In the UK, the idea was announced in the Autumn Statement 20125 as part of “a package of measures to reduce tax credits error, fraud and debt”. Following a short pilot,6 the HMRC Benefits and Credits, Error and Fraud Adding Capacity contract was awarded to Concentrix.7

The key takeaway here is that the error and fraud element was separated from the debt element and the focus was clearly to “deliver a significant reduction in levels of tax credits error and fraud8, using a payment-by-results model that placed the financial risk with the supplier.9

Thus, you have a policy that was both designed and incentivised to find as much fraud and error as possible, independently of any consideration of the debt created.

Let’s be honest here, hindsight has 20/20 vision and it’s easy to pick over the bones of what went before. The key point is that big programmes can and should reduce risk by including experts from the entire customer journey, to provide an understanding of upstream and downstream challenges.

Outcomes from Concentrix and OCI

The NAO found that 32% of the tax credit awards that Concentrix stopped or amended were overturned by HMRC following a mandatory reconsideration. It delivered a return on investment of 6:1, compared to the anticipated range of between 13:1 and 18:1.

While the Royal Commission on OCI is not due to report until April 2023, we have already seen a class action lawsuit result in an agreement to repay AUS$721m to 373,000 people.

Final thoughts

Having sat in countless policy design sessions over the years, I can honestly say that the best outcomes are achieved when policymakers invite and welcome scrutiny from their peers across multiple disciplines. If the expertise is not available internally, then it is critical to partner with external organisations, whose advice will pay for itself many times over if it helps to design and deliver a successful policy.

Arum is the UK’s leading independent provider of advisory and professional services within collections and revenue across the public and private sectors. With over 24 years’ experience in over 20 countries, organisations choose Arum to prevent and resolve their problem collections and revenue challenges - whether executing strategic, operational and technical change within their organisations, choosing or implementing collections technology, navigating the inexorable move towards digital engagement, or improving customer treatment to achieve better outcomes.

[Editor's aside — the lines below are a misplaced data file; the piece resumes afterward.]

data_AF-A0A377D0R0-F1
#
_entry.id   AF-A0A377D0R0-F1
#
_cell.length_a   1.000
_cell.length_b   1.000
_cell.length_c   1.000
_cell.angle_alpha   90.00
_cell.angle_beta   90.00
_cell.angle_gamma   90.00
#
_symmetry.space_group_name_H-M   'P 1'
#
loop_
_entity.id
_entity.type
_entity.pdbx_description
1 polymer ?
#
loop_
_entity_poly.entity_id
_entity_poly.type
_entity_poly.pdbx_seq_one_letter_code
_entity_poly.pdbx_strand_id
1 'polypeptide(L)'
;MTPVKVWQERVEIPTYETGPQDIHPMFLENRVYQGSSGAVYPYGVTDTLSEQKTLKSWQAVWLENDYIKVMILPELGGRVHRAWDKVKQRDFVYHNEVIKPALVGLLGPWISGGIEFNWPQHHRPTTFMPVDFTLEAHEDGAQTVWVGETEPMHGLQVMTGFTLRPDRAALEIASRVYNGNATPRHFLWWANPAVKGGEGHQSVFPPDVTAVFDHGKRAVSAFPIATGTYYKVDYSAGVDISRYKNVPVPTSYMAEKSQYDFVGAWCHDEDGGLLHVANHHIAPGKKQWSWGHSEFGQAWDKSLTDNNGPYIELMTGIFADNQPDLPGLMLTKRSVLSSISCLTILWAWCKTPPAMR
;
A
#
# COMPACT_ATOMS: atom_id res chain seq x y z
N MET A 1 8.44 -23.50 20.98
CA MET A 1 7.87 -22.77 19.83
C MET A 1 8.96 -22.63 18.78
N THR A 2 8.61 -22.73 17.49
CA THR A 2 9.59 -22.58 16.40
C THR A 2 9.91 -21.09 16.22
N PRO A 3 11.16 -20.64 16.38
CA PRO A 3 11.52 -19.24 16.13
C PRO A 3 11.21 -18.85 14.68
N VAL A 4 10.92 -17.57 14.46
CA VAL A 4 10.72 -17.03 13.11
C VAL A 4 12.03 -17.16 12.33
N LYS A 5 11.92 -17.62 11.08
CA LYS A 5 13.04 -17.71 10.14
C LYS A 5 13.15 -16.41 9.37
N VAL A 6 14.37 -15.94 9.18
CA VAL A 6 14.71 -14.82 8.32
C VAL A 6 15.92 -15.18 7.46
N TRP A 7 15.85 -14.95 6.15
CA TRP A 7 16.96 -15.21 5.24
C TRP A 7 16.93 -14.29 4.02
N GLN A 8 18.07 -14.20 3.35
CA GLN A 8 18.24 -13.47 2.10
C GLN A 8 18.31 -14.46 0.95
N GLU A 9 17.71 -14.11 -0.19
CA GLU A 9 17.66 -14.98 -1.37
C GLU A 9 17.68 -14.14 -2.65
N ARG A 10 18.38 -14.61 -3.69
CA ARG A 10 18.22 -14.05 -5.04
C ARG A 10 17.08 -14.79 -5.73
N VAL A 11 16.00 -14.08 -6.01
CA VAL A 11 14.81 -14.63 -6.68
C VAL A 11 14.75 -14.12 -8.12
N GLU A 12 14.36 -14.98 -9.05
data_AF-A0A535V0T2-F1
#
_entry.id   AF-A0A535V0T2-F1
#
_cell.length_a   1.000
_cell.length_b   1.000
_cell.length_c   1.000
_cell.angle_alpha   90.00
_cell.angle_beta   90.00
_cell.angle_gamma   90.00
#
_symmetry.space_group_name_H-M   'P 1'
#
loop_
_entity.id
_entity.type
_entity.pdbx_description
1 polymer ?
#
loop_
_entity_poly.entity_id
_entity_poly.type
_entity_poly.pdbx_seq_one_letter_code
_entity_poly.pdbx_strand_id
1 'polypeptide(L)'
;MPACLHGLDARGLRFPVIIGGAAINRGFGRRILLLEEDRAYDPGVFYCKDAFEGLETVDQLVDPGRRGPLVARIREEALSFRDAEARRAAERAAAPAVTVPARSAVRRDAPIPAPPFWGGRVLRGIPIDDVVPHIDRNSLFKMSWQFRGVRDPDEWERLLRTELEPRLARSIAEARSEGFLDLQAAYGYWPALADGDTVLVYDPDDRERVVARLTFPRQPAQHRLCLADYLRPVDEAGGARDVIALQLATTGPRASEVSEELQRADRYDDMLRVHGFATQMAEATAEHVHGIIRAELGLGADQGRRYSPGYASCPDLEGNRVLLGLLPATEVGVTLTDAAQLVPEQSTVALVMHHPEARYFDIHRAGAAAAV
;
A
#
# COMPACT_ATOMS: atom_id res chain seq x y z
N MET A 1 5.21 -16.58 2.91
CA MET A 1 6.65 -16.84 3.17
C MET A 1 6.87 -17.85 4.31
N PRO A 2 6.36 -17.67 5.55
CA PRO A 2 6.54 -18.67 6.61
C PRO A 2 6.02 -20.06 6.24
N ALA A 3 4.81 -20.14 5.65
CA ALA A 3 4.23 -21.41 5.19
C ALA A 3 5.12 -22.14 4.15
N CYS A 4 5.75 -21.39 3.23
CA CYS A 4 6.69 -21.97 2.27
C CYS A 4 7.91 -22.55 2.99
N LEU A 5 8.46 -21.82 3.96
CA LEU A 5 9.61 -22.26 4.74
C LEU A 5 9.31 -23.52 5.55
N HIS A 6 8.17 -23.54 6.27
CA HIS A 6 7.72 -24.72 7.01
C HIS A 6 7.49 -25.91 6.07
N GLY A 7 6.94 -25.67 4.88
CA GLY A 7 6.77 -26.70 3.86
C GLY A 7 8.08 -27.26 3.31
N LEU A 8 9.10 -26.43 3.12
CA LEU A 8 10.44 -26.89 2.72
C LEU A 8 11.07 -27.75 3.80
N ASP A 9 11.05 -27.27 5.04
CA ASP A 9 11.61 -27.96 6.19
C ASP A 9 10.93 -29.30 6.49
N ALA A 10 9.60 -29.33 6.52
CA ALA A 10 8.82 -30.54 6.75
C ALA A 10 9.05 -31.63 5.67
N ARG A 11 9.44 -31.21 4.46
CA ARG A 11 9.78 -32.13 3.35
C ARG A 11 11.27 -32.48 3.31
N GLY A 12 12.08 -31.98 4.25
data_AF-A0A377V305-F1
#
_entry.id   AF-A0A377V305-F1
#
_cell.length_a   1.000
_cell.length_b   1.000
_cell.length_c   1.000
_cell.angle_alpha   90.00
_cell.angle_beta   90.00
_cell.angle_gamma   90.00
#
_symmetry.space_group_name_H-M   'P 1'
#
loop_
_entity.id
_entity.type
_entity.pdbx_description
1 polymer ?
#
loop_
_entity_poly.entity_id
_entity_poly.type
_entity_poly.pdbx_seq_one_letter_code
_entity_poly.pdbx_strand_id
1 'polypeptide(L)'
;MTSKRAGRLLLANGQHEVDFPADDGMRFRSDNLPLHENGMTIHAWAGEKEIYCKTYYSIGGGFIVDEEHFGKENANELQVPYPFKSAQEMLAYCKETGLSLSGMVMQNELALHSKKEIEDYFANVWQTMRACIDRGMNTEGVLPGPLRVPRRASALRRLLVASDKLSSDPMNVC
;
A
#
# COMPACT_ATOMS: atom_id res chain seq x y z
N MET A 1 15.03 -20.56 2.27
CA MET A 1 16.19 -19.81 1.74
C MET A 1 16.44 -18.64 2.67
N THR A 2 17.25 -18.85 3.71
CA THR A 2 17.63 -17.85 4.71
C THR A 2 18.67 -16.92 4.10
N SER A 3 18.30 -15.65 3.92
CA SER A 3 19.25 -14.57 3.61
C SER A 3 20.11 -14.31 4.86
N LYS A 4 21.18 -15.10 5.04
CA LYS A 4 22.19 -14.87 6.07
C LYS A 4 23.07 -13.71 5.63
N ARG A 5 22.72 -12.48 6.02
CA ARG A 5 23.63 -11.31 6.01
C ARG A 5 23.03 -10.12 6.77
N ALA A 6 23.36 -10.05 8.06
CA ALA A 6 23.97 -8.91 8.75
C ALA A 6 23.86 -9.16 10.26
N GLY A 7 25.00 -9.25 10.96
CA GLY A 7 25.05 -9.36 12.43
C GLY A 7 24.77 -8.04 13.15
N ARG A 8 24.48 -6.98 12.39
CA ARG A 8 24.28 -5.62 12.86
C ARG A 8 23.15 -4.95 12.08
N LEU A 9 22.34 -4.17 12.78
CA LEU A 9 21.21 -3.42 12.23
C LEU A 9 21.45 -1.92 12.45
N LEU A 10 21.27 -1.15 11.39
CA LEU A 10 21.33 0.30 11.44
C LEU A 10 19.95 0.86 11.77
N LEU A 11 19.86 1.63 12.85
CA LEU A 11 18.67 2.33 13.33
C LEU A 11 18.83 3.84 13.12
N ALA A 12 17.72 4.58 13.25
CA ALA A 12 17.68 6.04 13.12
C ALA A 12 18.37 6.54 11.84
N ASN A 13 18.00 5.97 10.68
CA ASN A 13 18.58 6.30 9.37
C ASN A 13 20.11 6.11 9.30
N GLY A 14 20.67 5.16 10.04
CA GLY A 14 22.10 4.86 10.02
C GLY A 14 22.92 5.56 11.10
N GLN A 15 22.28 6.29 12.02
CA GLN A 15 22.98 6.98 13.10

Please get in touch with me directly if you want to discuss anything relating to this topic.



About the author

Steve Coppard
Group Director of Debt Policy & Strategy
Arum & Just

Steve has been in the debt industry since 2001. He spent most of his career working in government, where he started on the phones collecting VAT debt and ended up being responsible for prompting improvements to the management of over £40bn of public sector debt. He joined Just and Arum in May 2022 where he continues to shape the biggest conversations in the debt market, having been recognised as an Influencer on the Credit 500 list for a number of years. Credit Management Magazine recently called him one of the industry’s genuine thought leaders.

1 Royal Commission into the Robodebt Scheme

2 Investigation into HMRC's contract with Concentrix

3 S21.2.1 VAT guide (VAT Notice 700)

4 The Functional Model

5 Para 1.169 Autumn Statement 2012 - Cm 8480

6 Part 3.4 Tax Credits Error and Fraud Additional Capacity Trial - Final Evaluation

7 Services - 398383-2015 - TED Tenders Electronic Daily

8 Tackling tax credits error and fraud

9 Part 2, 2.20 Investigation into HMRC's contract with Concentrix